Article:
I must compliment every one of you for the manner in which you have worked, the spirit which you have shown, and the stamina which is inherent in every one of you. I have noticed, and I have watched carefully, the manner in which everyone has "snapped back" and particularly the manner in which you are eating.

Our job right now is to protect this ship which we are escorting---to protect her from surface vessels and attacks from the air. The destroyers are doing an excellent job in protecting the heavy ships from submarines and they are doing it so well that I am afraid they have seen a lot which were not there. However, that is the way to do it--see everything, even to the extent of seeing a little to much. A blackfish might turn out to be a submarine. We must not relax--every report must be investigated carefully and to the limit and that is what we are attempting to do. With each additional report coming in now, I have noticed that the action taken has been handled a little more calmly each time, which shows that all responsible are doing the job that is required of them. It is a fact that such a manner of carrying out your work will result in the extermination of the submarines. I say this confidently, because when you think of what a big job they have you will realize how difficult it is for them to carry on their work--when you realize that a submarine below the surface, hearing the propellers of a ship, does not know whether it is a destroyer about to drop depth charges; or, if the submarine is on the surface at night, it does not know whether he has been picked up by special apparatus. He is in a tough spot. These submarines have already shown a desperation by coming to the surface during daylight which action is against all practical procedure. In these instances these submarines have been spotted by the planes which have proceeded over them and dropped depth charges, reporting hits. This indicates to you that they are now desperate, which will hasten their extermination. Hereafter, when you hear reports that submarines are in the vicinity, do not let it cause any undue excitement. By being an example yourself will react favorably upon other. Of course, there is always a chance of a submarine getting in a lucky hit as they did on one of our destroyers in the Atlantic--the REUBEN JAMES. But when you consider the number of days and months these destroyer and other forces have been working in the Atlantic against submarines, with this single casualty it stresses just what I have said.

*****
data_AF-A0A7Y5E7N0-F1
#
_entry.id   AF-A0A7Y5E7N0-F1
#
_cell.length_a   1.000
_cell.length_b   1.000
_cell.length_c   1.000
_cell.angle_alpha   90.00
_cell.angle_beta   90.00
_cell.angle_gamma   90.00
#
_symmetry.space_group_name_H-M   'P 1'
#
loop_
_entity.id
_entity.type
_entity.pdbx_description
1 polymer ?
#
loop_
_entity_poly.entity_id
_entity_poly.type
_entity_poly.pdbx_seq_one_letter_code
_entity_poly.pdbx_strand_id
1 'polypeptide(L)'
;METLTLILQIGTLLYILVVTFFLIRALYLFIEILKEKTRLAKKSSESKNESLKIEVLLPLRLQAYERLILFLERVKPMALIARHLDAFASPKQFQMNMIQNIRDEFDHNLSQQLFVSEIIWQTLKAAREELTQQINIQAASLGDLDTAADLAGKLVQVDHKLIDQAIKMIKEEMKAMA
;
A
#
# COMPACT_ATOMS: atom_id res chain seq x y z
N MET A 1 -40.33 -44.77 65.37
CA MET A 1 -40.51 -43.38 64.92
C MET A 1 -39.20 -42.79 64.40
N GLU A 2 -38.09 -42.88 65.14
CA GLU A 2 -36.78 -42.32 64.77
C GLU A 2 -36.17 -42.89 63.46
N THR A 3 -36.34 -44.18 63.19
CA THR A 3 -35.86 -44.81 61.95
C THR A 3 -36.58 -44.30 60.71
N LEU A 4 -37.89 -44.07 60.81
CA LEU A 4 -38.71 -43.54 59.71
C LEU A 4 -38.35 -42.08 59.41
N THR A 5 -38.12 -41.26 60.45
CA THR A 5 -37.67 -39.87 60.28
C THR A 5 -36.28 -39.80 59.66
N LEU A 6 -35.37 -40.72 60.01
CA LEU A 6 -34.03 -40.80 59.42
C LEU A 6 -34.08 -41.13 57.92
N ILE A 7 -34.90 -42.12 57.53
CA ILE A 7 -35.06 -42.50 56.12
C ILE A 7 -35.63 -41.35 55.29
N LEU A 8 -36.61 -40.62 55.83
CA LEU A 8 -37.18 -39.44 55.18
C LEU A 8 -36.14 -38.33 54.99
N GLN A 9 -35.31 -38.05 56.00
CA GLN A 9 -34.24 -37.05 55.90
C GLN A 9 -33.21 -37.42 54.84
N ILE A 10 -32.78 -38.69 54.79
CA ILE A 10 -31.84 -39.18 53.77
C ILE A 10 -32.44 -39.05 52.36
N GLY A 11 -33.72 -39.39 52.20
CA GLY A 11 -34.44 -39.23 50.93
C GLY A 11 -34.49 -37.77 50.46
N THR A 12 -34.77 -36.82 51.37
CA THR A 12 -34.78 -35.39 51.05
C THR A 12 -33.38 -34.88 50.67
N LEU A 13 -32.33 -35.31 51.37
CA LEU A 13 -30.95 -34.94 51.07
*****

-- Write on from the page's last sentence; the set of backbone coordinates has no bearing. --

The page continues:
I want to say a little about censorship. Censorship is solely for the purpose of protecting you by preventing valuable information from reaching the enemy. You do not always realize what is valuable to the enemy, but it is a fact that the location of a single ship - the fact that a certain ship has been sunk or damaged might be extremely valuable. Censors do not desire to evince interests in men's personal affairs. In reading letters the purpose is to eliminate any possible reference to vital matters of interest to the enemy. For that reason the censors' job calls for them to look for specific items, but there is no possibility of causing any man any embarrassment. There should be no objection to censoring - my mail will be censored as well as yours. I happen to know someone was critical of censorship and I hope that by now he has changed his mind. I received a letter recently from one of my ex-shipmates, now married, in the light forces on the East Coast. He was one of my best box-fighters on the RICHMOND and should have had a fleet belt. In his letter he gave me the present location of the individual members of the boxing squad as he now knew them to be; he had too much in his letter about the locations so they had to clip this information out.